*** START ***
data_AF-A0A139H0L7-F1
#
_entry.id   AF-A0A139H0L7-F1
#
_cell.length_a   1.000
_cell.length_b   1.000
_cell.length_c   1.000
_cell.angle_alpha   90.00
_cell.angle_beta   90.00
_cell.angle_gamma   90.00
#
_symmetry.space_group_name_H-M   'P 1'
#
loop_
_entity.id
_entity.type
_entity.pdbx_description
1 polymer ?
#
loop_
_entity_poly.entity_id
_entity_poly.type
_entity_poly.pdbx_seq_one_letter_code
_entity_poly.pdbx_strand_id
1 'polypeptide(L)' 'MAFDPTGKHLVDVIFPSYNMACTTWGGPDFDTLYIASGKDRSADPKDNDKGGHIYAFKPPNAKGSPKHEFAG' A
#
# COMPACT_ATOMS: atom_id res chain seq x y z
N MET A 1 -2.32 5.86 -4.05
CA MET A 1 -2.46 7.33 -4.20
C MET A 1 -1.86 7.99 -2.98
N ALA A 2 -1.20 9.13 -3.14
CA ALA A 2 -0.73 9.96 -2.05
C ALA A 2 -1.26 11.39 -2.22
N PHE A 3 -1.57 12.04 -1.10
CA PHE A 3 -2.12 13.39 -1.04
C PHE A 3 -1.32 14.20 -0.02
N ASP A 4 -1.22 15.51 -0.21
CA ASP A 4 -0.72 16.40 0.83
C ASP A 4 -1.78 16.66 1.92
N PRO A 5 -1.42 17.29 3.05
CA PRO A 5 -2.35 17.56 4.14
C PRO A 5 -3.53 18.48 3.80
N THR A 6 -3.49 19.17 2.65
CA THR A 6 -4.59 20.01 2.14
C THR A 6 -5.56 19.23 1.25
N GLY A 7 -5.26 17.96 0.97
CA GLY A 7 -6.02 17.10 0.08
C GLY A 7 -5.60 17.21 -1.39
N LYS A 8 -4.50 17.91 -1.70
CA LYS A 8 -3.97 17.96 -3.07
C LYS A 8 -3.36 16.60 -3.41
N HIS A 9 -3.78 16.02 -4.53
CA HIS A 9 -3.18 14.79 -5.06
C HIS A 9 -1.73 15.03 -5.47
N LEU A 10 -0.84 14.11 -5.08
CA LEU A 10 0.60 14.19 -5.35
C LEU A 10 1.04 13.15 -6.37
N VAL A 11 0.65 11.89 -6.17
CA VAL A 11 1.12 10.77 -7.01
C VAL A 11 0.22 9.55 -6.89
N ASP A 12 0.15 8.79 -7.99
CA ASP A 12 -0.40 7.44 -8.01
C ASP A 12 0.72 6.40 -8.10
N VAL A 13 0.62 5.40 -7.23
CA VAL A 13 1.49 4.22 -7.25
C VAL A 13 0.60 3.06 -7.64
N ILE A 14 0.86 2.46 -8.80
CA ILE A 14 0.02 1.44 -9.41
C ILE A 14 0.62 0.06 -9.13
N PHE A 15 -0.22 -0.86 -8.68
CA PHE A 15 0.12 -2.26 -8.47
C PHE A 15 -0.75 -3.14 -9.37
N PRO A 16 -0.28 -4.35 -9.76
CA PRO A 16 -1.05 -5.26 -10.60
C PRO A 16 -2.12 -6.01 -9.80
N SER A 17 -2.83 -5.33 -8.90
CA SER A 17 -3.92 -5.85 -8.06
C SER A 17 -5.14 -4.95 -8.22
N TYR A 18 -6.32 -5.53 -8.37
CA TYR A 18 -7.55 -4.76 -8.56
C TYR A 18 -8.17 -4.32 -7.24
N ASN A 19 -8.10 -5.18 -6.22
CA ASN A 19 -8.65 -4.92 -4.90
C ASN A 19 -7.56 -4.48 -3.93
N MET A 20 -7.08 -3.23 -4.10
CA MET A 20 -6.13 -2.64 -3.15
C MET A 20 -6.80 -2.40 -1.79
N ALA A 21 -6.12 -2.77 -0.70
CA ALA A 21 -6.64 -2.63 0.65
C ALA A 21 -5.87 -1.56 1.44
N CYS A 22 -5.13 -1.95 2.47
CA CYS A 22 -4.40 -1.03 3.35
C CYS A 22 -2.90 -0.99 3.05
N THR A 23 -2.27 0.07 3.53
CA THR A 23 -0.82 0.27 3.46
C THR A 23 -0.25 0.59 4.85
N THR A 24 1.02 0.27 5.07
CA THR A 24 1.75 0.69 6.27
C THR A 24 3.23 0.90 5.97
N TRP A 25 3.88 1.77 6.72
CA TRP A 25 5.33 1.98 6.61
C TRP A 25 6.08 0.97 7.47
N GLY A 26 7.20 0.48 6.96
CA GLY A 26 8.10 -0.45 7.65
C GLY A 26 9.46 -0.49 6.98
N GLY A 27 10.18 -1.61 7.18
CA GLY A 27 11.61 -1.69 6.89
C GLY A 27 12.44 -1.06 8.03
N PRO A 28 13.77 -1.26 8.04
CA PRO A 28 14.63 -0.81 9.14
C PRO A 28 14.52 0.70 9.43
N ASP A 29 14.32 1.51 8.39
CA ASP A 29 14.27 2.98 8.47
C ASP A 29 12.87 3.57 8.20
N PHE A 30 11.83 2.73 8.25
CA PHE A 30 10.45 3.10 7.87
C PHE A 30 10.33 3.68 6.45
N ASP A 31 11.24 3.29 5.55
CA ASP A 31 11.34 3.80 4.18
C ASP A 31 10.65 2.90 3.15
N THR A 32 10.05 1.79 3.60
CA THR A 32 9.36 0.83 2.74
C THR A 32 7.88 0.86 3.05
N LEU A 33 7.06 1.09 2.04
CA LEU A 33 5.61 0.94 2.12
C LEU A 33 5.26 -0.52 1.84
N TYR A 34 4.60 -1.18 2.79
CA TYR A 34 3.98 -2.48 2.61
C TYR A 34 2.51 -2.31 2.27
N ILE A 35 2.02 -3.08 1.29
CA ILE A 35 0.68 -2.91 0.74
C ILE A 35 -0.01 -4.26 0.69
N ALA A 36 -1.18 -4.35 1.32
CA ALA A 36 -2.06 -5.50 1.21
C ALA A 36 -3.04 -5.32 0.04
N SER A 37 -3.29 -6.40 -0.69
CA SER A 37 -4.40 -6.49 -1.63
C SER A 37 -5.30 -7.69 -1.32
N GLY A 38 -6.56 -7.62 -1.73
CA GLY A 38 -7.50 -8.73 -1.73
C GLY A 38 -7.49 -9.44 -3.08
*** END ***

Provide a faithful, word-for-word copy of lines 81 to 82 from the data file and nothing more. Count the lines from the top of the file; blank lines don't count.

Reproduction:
C TYR A 18 -8.17 -4.32 -7.24
N ASN A 19 -8.10 -5.18 -6.22